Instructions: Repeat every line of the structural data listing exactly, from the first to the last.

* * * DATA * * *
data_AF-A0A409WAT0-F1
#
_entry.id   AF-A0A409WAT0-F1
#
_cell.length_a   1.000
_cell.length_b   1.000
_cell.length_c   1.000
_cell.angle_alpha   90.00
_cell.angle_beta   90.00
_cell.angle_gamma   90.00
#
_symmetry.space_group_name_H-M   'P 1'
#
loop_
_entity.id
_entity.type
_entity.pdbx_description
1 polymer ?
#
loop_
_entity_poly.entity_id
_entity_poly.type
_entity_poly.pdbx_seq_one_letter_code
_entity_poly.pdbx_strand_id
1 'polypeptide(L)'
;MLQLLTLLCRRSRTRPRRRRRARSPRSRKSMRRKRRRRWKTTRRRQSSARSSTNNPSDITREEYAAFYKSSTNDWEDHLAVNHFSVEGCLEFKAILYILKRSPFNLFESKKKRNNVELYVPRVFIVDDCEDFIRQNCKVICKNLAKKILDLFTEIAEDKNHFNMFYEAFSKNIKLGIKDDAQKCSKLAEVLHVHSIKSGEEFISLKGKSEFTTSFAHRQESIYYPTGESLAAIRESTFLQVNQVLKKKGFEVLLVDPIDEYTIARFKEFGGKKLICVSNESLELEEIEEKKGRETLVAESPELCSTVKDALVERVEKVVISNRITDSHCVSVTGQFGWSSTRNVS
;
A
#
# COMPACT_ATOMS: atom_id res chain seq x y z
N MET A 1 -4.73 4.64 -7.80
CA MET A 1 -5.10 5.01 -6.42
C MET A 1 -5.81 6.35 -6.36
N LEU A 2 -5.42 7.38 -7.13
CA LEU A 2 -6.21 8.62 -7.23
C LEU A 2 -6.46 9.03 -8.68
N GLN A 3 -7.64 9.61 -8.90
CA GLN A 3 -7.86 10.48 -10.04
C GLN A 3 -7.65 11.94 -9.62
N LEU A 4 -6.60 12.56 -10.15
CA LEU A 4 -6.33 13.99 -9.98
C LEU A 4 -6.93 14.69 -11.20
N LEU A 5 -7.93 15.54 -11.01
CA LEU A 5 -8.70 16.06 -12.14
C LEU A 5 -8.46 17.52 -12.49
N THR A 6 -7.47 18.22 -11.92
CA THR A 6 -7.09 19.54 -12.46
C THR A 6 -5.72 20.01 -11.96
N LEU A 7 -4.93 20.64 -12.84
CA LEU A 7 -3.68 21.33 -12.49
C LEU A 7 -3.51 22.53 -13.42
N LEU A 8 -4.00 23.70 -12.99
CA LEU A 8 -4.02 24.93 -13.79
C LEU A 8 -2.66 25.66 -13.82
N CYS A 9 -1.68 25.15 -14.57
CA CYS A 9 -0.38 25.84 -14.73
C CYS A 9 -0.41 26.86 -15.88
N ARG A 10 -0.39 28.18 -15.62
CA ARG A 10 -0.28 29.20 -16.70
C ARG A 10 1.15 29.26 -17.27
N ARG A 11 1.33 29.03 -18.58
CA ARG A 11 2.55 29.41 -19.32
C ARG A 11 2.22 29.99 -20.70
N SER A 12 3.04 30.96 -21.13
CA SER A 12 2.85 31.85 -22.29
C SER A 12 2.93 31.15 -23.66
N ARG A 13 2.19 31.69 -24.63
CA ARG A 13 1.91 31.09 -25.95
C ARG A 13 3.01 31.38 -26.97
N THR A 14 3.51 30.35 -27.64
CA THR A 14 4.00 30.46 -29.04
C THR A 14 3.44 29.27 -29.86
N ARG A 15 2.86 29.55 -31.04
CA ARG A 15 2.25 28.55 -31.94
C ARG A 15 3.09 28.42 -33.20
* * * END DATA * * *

data_AF-A0A409WAT0-F1
#
_entry.id   AF-A0A409WAT0-F1
#
_cell.length_a   1.000
_cell.length_b   1.000
_cell.length_c   1.000
_cell.angle_alpha   90.00
_cell.angle_beta   90.00
_cell.angle_gamma   90.00
#
_symmetry.space_group_name_H-M   'P 1'
#
loop_
_entity.id
_entity.type
_entity.pdbx_description
1 polymer ?
#
loop_
_entity_poly.entity_id
_entity_poly.type
_entity_poly.pdbx_seq_one_letter_code
_entity_poly.pdbx_strand_id
1 'polypeptide(L)'
;MLQLLTLLCRRSRTRPRRRRRARSPRSRKSMRRKRRRRWKTTRRRQSSARSSTNNPSDITREEYAAFYKSSTNDWEDHLAVNHFSVEGCLEFKAILYILKRSPFNLFESKKKRNNVELYVPRVFIVDDCEDFIRQNCKVICKNLAKKILDLFTEIAEDKNHFNMFYEAFSKNIKLGIKDDAQKCSKLAEVLHVHSIKSGEEFISLKGKSEFTTSFAHRQESIYYPTGESLAAIRESTFLQVNQVLKKKGFEVLLVDPIDEYTIARFKEFGGKKLICVSNESLELEEIEEKKGRETLVAESPELCSTVKDALVERVEKVVISNRITDSHCVSVTGQFGWSSTRNVS
;
A
#
# COMPACT_ATOMS: atom_id res chain seq x y z
N MET A 1 -4.73 4.64 -7.80
CA MET A 1 -5.10 5.01 -6.42
C MET A 1 -5.81 6.35 -6.36
N LEU A 2 -5.42 7.38 -7.13
CA LEU A 2 -6.21 8.62 -7.23
C LEU A 2 -6.46 9.03 -8.68
N GLN A 3 -7.64 9.61 -8.90
CA GLN A 3 -7.86 10.48 -10.04
C GLN A 3 -7.65 11.94 -9.62
N LEU A 4 -6.60 12.56 -10.15
CA LEU A 4 -6.33 13.99 -9.98
C LEU A 4 -6.93 14.69 -11.20
N LEU A 5 -7.93 15.54 -11.01
CA LEU A 5 -8.70 16.06 -12.14
C LEU A 5 -8.46 17.52 -12.49
N THR A 6 -7.47 18.22 -11.92
CA THR A 6 -7.09 19.54 -12.46
C THR A 6 -5.72 20.01 -11.96
N LEU A 7 -4.93 20.64 -12.84
CA LEU A 7 -3.68 21.33 -12.49
C LEU A 7 -3.51 22.53 -13.42
N LEU A 8 -4.00 23.70 -12.99
CA LEU A 8 -4.02 24.93 -13.79
C LEU A 8 -2.66 25.66 -13.82
N CYS A 9 -1.68 25.15 -14.57
CA CYS A 9 -0.38 25.84 -14.73
C CYS A 9 -0.41 26.86 -15.88
N ARG A 10 -0.39 28.18 -15.62
CA ARG A 10 -0.28 29.20 -16.70
C ARG A 10 1.15 29.26 -17.27
N ARG A 11 1.33 29.03 -18.58
CA ARG A 11 2.55 29.41 -19.32
C ARG A 11 2.22 29.99 -20.70
N SER A 12 3.04 30.96 -21.13
CA SER A 12 2.85 31.85 -22.29
C SER A 12 2.93 31.15 -23.66
N ARG A 13 2.19 31.69 -24.63
CA ARG A 13 1.91 31.09 -25.95
C ARG A 13 3.01 31.38 -26.97
N THR A 14 3.51 30.35 -27.64
CA THR A 14 4.00 30.46 -29.04
C THR A 14 3.44 29.27 -29.86
N ARG A 15 2.86 29.55 -31.04
CA ARG A 15 2.25 28.55 -31.94
C ARG A 15 3.09 28.42 -33.20